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Efforts to end meth use grow in Iowa; a parent-organized fight is expanding

Tuesday, September 28, 2004

The damage methamphetamine does to the children of addicted parents is driving state government and private group efforts to help children from affected homes.

Parents across the nation are beginning an organized fight against methamphetamine in the same manner in which Mothers Against Drunk Driving took on alcohol-related traffic crashes.

Moms Off Meth, a program for recovering addicts that was started in 1999 in the Ottumwa area, is beginning to expand. A second Moms Off Meth group was recently started in Keokuk.

More may be set up in Centerville and Cedar Rapids, said Judy Murphy, the group's co-founder who now works for the Department of Human Services as a meth specialist.

Murphy doesn't know of any groups specifically for fathers, but if enough interest was shown in an area, it could happen, she said.

Mothers Against Meth-Amphetamine is one of the national groups trying to ends meth's grip on society. The group, which doesn't have any chapters yet in Iowa, is open to men and women and now has more than a dozen chapters across the United States.

As Iowa's children are living in a state that was second only to Missouri last year in the number of meth labs discovered, state authorities also are working to help children living in homes where meth is a constant presence.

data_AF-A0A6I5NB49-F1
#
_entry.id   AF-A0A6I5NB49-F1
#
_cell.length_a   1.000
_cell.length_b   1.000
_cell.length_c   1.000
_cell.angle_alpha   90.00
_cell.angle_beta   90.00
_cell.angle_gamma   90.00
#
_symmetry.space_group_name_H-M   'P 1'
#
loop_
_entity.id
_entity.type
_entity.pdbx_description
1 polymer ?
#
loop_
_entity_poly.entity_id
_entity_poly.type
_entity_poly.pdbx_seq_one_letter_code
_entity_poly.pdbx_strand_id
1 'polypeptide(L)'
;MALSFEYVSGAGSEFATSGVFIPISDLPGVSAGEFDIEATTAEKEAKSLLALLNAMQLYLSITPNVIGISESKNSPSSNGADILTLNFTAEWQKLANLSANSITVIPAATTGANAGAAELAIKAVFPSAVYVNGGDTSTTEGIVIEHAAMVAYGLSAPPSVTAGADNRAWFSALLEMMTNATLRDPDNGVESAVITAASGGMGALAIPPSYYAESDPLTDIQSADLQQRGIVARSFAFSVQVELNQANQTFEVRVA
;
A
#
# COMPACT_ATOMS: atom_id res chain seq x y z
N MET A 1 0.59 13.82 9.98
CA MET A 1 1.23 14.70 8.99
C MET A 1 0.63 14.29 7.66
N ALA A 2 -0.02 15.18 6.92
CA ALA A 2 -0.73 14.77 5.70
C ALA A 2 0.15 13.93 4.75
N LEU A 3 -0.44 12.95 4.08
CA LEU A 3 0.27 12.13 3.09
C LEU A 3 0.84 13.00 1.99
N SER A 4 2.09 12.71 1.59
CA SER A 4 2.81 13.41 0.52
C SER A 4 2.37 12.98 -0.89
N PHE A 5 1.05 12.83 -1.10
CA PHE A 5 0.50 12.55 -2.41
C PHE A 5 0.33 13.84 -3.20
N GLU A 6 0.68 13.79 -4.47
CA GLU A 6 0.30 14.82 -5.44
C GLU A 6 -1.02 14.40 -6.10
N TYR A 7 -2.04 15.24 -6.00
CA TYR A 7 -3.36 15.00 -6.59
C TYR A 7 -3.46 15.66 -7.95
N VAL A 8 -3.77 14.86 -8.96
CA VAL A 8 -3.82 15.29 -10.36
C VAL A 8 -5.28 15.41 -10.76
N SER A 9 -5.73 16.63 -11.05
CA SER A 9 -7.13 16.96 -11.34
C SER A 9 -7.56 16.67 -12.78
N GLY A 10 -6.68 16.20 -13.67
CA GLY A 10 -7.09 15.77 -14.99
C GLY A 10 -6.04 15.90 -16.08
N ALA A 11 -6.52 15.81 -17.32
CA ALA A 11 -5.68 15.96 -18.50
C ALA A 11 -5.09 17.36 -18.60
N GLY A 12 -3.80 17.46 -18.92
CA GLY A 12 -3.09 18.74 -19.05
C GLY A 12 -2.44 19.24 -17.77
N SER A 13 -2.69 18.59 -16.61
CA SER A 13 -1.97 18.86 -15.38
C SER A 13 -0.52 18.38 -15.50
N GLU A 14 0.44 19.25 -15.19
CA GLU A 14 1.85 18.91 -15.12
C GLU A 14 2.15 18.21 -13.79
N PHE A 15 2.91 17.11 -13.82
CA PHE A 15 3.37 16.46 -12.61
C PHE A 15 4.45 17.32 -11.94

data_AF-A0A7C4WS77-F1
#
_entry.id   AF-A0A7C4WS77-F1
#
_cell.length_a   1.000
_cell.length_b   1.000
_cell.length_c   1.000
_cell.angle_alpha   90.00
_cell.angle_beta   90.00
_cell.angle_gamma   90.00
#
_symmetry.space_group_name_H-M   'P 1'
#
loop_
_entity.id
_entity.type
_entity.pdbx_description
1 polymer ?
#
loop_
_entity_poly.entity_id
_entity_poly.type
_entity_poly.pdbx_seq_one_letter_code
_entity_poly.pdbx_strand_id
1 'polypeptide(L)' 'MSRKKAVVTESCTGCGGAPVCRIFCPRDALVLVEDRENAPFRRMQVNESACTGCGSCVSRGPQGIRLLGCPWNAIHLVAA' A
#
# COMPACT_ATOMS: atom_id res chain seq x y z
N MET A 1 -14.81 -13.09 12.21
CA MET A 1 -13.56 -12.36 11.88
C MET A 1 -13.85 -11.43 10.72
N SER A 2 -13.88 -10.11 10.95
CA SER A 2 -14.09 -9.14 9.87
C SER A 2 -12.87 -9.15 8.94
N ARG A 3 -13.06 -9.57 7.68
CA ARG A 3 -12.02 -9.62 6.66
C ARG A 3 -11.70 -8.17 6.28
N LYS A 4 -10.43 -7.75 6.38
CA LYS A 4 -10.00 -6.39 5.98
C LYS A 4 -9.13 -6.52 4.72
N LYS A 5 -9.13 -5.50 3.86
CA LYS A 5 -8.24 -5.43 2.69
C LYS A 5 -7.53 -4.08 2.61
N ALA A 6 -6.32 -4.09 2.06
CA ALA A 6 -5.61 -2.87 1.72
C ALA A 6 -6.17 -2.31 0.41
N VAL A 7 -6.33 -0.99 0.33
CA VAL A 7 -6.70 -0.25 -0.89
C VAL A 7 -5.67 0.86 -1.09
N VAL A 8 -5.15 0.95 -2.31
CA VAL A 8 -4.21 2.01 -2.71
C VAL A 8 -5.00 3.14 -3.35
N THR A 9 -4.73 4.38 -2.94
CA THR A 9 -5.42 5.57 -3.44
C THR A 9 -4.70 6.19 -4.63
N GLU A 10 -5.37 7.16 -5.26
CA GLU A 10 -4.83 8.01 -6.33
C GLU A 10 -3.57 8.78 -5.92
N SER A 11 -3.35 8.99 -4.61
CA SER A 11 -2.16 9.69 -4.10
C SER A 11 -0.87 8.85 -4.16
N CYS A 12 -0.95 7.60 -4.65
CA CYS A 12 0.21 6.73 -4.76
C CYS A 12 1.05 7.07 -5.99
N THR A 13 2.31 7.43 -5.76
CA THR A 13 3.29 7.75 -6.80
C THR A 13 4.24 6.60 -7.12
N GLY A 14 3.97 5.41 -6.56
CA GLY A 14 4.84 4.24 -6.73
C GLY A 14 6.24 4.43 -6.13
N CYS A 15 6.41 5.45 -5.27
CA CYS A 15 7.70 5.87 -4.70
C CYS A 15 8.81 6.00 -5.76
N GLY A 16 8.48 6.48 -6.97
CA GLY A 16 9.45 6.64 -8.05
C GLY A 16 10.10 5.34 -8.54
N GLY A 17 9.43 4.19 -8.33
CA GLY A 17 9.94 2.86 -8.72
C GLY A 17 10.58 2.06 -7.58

Their efforts are coming through the Iowa Drug Endangered Children program. They want to work to evaluate children, and push for rapid testing by doctors.

"These children are innocent bystanders, much like second-hand smoke victims," said Dale Woolery, with the Governor's Office of Drug Control Policy.

Many experts worry about the neglect that children of meth-addicted parents suffer.

"Neglect is a major, major thing in these settings," said Dr. Resmiye Oral, a University of Iowa pediatrics professor whose research involves children exposed to meth. "The parents are just not available."

The state is also more determined to pull kids out of bad homes if necessary.

"When you see kids growing up in that situation, it's unreal how often the kids pick it up, too," said Webster County Sheriff's Detective Kevin Kruse, a member of a regional drug task force. "It just makes you sick."



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